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NIAAA consumer guide emphasizes variety of alcohol treatments

November 17, 2014
by Gary A. Enos, Editor
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A federally produced guide to alcohol treatment options for individuals and families serves as an acknowledgment of a broad diversity of effective treatments for alcohol use disorders. National Institute on Alcohol Abuse and Alcoholism (NIAAA) director George Koob, PhD, is quoted in a Nov. 14 news release about the NIAAA guide, “The popular concept of alcohol treatment is often limited to knowledge of 28-day inpatient rehab or 12-Step programs.”

The resource titled Treatment for Alcohol Problems: Finding and Getting Help offers detailed descriptions of what NIAAA terms as “the two types of professionally led treatments shown to benefit people with alcohol use disorders”: behavioral treatments that work to change drinking behavior, and medications that are often used in conjunction with behavioral treatment.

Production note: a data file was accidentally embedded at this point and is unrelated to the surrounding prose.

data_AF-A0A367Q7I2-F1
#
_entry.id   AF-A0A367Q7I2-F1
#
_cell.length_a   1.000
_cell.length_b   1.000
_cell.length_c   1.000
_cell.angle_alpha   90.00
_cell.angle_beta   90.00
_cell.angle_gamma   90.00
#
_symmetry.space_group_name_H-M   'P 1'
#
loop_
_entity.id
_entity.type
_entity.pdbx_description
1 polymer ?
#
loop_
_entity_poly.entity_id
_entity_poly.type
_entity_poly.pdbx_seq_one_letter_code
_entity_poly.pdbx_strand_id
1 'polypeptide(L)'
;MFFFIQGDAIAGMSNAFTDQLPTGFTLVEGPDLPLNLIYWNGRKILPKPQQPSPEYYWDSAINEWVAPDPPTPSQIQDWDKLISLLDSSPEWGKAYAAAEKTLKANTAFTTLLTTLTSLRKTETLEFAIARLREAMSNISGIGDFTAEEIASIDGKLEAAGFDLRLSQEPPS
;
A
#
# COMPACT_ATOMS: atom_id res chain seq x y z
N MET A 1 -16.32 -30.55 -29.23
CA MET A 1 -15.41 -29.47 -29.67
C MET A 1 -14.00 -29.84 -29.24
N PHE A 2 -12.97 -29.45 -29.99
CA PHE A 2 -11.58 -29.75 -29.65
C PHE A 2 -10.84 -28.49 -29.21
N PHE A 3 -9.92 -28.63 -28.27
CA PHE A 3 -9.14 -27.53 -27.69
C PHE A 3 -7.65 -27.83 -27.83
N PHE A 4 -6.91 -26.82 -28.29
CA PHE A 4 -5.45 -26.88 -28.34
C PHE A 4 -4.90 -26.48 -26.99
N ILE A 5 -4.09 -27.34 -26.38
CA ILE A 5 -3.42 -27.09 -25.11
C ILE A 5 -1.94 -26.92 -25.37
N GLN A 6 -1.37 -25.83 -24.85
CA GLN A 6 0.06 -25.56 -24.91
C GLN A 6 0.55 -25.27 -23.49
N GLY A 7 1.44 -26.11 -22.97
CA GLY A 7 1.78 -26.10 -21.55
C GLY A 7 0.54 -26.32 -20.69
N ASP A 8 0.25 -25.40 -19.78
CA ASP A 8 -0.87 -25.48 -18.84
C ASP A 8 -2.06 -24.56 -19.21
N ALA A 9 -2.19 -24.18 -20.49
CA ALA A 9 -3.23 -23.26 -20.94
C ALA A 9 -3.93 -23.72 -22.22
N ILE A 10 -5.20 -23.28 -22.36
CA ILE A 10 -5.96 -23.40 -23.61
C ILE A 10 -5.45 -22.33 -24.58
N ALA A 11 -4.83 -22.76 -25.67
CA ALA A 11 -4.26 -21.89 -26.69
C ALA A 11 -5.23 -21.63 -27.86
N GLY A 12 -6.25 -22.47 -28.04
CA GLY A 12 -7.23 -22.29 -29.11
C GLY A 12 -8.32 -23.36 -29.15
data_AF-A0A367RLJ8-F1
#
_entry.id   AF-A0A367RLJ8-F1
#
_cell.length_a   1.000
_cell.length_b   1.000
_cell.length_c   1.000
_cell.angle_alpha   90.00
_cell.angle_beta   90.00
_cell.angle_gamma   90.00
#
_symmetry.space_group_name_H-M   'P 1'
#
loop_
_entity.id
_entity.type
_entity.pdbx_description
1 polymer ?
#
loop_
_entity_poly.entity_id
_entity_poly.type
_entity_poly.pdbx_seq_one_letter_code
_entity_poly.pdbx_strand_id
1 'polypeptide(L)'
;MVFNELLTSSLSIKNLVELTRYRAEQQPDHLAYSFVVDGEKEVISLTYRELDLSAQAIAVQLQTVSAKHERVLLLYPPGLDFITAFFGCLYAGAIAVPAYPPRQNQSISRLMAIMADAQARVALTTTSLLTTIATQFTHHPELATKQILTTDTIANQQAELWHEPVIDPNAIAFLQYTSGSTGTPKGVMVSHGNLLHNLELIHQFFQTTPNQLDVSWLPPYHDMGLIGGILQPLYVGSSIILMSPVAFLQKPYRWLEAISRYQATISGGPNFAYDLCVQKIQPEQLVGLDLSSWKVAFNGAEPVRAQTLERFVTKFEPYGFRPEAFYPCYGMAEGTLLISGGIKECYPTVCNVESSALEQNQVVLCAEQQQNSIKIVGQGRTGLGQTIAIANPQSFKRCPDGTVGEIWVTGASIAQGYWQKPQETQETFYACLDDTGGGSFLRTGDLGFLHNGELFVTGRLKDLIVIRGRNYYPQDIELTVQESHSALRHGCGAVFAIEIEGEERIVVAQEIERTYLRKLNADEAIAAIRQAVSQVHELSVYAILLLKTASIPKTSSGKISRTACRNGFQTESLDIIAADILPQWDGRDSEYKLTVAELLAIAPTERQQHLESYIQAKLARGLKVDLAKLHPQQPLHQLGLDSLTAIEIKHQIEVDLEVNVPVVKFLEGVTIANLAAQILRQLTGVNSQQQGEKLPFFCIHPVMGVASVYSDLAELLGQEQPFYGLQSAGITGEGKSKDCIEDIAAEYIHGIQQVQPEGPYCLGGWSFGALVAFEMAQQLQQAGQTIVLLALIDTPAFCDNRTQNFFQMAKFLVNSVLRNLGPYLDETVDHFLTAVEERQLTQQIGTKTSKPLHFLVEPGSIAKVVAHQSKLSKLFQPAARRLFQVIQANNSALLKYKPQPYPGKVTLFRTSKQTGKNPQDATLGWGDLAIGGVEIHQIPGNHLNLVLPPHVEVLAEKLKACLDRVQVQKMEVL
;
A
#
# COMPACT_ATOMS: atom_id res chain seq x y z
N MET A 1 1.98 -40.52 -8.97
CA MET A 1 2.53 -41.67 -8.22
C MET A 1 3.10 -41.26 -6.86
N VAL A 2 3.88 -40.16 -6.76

Koob added, “In fact there are diverse treatment options of which people may be less aware, and many of which can be undertaken with minimal disruption to home and work life.” The guide discusses the three non-addictive medications approved in the U.S. to treat alcohol dependence—disulfiram, naltrexone and acamprosate—and emphasizes that treatment with these drugs can be overseen by primary care physicians.

The publication includes questions that can help individuals identify the overall treatment option that might best suit them.

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